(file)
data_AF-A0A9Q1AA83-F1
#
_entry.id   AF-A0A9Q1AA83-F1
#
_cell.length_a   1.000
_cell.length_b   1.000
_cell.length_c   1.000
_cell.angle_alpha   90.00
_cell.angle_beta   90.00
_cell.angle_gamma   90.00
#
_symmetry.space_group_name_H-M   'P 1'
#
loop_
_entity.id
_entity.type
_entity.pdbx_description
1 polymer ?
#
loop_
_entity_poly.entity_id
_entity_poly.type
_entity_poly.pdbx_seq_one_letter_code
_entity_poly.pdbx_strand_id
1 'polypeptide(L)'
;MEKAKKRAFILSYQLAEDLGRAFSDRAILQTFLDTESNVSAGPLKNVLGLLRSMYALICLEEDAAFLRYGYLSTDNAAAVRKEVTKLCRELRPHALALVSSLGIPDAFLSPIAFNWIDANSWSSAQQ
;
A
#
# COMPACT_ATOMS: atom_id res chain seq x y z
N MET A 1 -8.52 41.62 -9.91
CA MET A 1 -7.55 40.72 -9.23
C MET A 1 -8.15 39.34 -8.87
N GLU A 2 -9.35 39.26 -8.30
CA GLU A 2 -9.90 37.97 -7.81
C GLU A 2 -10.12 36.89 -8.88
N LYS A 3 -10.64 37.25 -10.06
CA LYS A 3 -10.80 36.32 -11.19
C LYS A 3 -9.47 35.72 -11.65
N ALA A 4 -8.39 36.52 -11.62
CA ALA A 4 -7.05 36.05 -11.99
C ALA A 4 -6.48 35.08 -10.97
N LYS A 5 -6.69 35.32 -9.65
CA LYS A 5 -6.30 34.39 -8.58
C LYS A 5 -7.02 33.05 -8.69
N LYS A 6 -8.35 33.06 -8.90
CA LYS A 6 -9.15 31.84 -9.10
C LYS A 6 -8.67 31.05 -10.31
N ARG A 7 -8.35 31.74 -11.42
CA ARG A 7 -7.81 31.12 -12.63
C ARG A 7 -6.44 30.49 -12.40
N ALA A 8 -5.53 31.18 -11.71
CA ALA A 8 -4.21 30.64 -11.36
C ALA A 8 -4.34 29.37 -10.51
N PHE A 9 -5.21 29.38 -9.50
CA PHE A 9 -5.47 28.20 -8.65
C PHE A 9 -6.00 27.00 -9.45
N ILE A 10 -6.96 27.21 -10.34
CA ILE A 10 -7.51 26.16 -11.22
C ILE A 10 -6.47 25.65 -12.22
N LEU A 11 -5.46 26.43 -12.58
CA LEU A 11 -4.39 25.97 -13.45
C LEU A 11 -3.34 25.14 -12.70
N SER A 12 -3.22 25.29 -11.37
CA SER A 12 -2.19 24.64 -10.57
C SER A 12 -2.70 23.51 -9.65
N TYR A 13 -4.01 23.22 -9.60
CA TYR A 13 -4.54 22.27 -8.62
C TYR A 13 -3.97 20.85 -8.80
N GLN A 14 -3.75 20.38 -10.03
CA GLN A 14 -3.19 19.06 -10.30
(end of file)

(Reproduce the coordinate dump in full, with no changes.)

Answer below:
data_AF-A0A9Q1AA83-F1
#
_entry.id   AF-A0A9Q1AA83-F1
#
_cell.length_a   1.000
_cell.length_b   1.000
_cell.length_c   1.000
_cell.angle_alpha   90.00
_cell.angle_beta   90.00
_cell.angle_gamma   90.00
#
_symmetry.space_group_name_H-M   'P 1'
#
loop_
_entity.id
_entity.type
_entity.pdbx_description
1 polymer ?
#
loop_
_entity_poly.entity_id
_entity_poly.type
_entity_poly.pdbx_seq_one_letter_code
_entity_poly.pdbx_strand_id
1 'polypeptide(L)'
;MEKAKKRAFILSYQLAEDLGRAFSDRAILQTFLDTESNVSAGPLKNVLGLLRSMYALICLEEDAAFLRYGYLSTDNAAAVRKEVTKLCRELRPHALALVSSLGIPDAFLSPIAFNWIDANSWSSAQQ
;
A
#
# COMPACT_ATOMS: atom_id res chain seq x y z
N MET A 1 -8.52 41.62 -9.91
CA MET A 1 -7.55 40.72 -9.23
C MET A 1 -8.15 39.34 -8.87
N GLU A 2 -9.35 39.26 -8.30
CA GLU A 2 -9.90 37.97 -7.81
C GLU A 2 -10.12 36.89 -8.88
N LYS A 3 -10.64 37.25 -10.06
CA LYS A 3 -10.80 36.32 -11.19
C LYS A 3 -9.47 35.72 -11.65
N ALA A 4 -8.39 36.52 -11.62
CA ALA A 4 -7.05 36.05 -11.99
C ALA A 4 -6.48 35.08 -10.97
N LYS A 5 -6.69 35.32 -9.65
CA LYS A 5 -6.30 34.39 -8.58
C LYS A 5 -7.02 33.05 -8.69
N LYS A 6 -8.35 33.06 -8.90
CA LYS A 6 -9.15 31.84 -9.10
C LYS A 6 -8.67 31.05 -10.31
N ARG A 7 -8.35 31.74 -11.42
CA ARG A 7 -7.81 31.12 -12.63
C ARG A 7 -6.44 30.49 -12.40
N ALA A 8 -5.53 31.18 -11.71
CA ALA A 8 -4.21 30.64 -11.36
C ALA A 8 -4.34 29.37 -10.51
N PHE A 9 -5.21 29.38 -9.50
CA PHE A 9 -5.47 28.20 -8.65
C PHE A 9 -6.00 27.00 -9.45
N ILE A 10 -6.96 27.21 -10.34
CA ILE A 10 -7.51 26.16 -11.22
C ILE A 10 -6.47 25.65 -12.22
N LEU A 11 -5.46 26.43 -12.58
CA LEU A 11 -4.39 25.97 -13.45
C LEU A 11 -3.34 25.14 -12.70
N SER A 12 -3.22 25.29 -11.37
CA SER A 12 -2.19 24.64 -10.57
C SER A 12 -2.70 23.51 -9.65
N TYR A 13 -4.01 23.22 -9.60
CA TYR A 13 -4.54 22.27 -8.62
C TYR A 13 -3.97 20.85 -8.80
N GLN A 14 -3.75 20.38 -10.03
CA GLN A 14 -3.19 19.06 -10.30